Instead, a 70% share of the port was leased for 99 years to China Merchants Port Holdings Company Limited (CM Port) for $1.12 billion. However, this $1.12 billion was not used to pay off the debts received for the construction of the port. This large inflow of dollars has been used to strengthen the country`s foreign exchange reserves and to make short-term repayments of external debt. To be exact, it is fair to say that the money earned through the Hambantota port agreement has been widely used to cover balance-of-payments (BOP) problems resulting largely from the increase in the cost of debt servicing, while growth in Sri Lanka`s exports and FDI flows remains slow. As a result of the agreement, the port underwent some modifications and a terminal service agreement (TSA) was signed with NYK, a Japanese shipping company, making it the first roll-on-roll-off (RoRo) agreement between a Japanese shipping company and a Sri Lankan port. Subsequently, due to increased activity in the roro, bulk and cargo liquid sectors, the port reached its mt reference value for 2019. The Chinese government was quick to welcome the Sri Lankan president`s statement. In a statement, the Chinese embassy stressed that it respects Sri Lanka`s sovereignty and that the security of the port is in the hands of the Sri Lankan government and navy. However, in a meeting with foreign correspondents at the Colombo base, Rajapaksa said his government did not hope to change the trade conditions of the agreement and would only consider possible changes to the security of the port. This hypothesis, which identifies the economic risks that Sri Lanka faces in light of the revaluation relative to the average income status, is studied by several researchers who give an important insight into the debate.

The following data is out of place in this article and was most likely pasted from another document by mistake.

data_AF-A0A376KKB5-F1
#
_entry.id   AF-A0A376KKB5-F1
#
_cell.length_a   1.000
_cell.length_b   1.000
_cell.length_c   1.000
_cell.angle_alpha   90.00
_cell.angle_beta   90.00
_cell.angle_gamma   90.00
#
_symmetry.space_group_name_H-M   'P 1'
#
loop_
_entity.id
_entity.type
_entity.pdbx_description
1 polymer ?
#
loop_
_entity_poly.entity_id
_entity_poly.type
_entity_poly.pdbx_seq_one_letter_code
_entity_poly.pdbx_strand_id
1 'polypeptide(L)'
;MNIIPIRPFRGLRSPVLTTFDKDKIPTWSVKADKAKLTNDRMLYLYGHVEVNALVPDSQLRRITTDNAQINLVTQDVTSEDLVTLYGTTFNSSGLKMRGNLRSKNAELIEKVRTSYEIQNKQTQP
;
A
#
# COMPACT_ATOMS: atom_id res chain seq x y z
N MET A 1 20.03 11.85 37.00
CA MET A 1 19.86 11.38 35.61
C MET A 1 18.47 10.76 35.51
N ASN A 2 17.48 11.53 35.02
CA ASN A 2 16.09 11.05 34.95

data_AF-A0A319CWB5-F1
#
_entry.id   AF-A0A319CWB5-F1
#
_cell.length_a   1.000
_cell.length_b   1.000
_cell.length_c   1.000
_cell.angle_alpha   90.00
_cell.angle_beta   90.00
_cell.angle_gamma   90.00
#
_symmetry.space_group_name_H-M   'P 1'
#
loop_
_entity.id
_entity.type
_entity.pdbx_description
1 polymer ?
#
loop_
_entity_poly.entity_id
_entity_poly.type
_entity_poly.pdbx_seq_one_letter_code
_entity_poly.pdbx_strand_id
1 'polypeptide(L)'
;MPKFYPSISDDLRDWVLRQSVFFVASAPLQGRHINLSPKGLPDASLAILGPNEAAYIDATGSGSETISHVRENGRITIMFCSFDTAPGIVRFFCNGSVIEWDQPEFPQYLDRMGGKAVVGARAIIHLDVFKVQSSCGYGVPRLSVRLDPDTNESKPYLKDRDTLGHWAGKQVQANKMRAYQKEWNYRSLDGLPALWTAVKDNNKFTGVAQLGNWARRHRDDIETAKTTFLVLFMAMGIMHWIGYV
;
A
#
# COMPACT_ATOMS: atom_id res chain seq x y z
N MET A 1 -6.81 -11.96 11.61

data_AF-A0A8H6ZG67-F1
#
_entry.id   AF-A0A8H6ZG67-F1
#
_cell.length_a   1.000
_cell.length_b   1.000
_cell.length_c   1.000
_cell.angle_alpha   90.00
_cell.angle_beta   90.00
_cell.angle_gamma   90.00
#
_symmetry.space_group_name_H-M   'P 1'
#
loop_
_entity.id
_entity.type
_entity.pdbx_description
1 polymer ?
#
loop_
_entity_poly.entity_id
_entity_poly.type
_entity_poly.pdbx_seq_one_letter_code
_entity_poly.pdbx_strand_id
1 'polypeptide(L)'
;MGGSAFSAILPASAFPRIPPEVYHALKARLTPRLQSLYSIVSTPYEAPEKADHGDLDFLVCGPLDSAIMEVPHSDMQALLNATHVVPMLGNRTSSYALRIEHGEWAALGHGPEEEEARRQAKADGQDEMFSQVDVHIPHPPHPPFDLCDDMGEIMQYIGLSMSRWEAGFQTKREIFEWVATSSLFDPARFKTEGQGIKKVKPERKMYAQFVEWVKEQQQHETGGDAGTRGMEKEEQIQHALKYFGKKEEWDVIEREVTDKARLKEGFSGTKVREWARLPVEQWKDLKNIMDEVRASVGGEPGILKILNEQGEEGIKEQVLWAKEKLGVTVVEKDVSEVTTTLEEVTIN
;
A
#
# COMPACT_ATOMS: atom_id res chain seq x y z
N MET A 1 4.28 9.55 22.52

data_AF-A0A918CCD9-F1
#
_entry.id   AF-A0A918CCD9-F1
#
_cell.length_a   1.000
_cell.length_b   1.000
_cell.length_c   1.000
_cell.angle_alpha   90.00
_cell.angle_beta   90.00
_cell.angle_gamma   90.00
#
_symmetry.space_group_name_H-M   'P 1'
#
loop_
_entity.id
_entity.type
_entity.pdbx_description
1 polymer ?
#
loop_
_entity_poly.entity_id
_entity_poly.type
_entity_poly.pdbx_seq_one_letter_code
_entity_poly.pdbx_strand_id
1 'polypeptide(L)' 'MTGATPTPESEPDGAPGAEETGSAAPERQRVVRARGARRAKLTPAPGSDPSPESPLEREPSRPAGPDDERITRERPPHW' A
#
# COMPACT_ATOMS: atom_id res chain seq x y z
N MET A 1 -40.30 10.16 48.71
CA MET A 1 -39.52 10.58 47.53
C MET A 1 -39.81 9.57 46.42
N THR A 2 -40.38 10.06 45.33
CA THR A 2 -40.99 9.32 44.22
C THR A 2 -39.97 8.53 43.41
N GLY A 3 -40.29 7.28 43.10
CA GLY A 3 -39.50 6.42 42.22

Nilanthi Samaranayaka, in his analysis of China`s relations with South Asian countries, explains that a combination of factors – low levels of direct services and low revenues from exports and remittances – has caused difficulties in repaying dollar loans, which has influenced the decision to exchange the port for FDI. Dr. Dushni Weerakoon and Professor Sisira Jayasuriya also point out that Sri Lanka`s debt problem is not in China – successive Sri Lankan governments that, despite persistent budget and current account deficits, have been borrowed from international markets, leading to a vicious cycle of debt repayment. In an interesting turn of events, Sri Lanka`s new president, Gotabhaya Rajapaksa, expressed concern about the Hambantota port lease agreement with China, signed by the previous government in 2017. In his first-ever interview as newly elected president, Rajapaksa said he would take over the Hambantota port lease and renegotiate it. Rajapaksa`s comments have attracted interest from many, as the port agreement with Hambantota is still frequently cited to highlight China`s “debt trap” phenomenon. However, there are many myths about this port agreement, most of which have received little or no details. There were five loans (without a loan for a bunker project) from 2007 to 2014 to obtain the port under the leadership of Mahinda Rajapaksa, who now holds the post of Prime Minister.
Some of the loans were obtained at interest rates of up to 6 percent, while some were dealer loans. The total amount of these loans was $1.263 billion. Of these five loans, only two were granted at commercial interest rates with a total value of $357 million, indicating that the bulk of the loans for the Hambantota port project were granted. However, the loan repayment period was not long, resulting in higher credit rates after the additional time was closed. First, the Hambantota port agreement cannot be interpreted as an exchange of equity debt, or the Chinese who cancel the debt in exchange for control of the port, when this seems to be a well-established narrative. The Sri Lankan government is still required to repay five loans received from the Exim Bank of China for the construction of the port of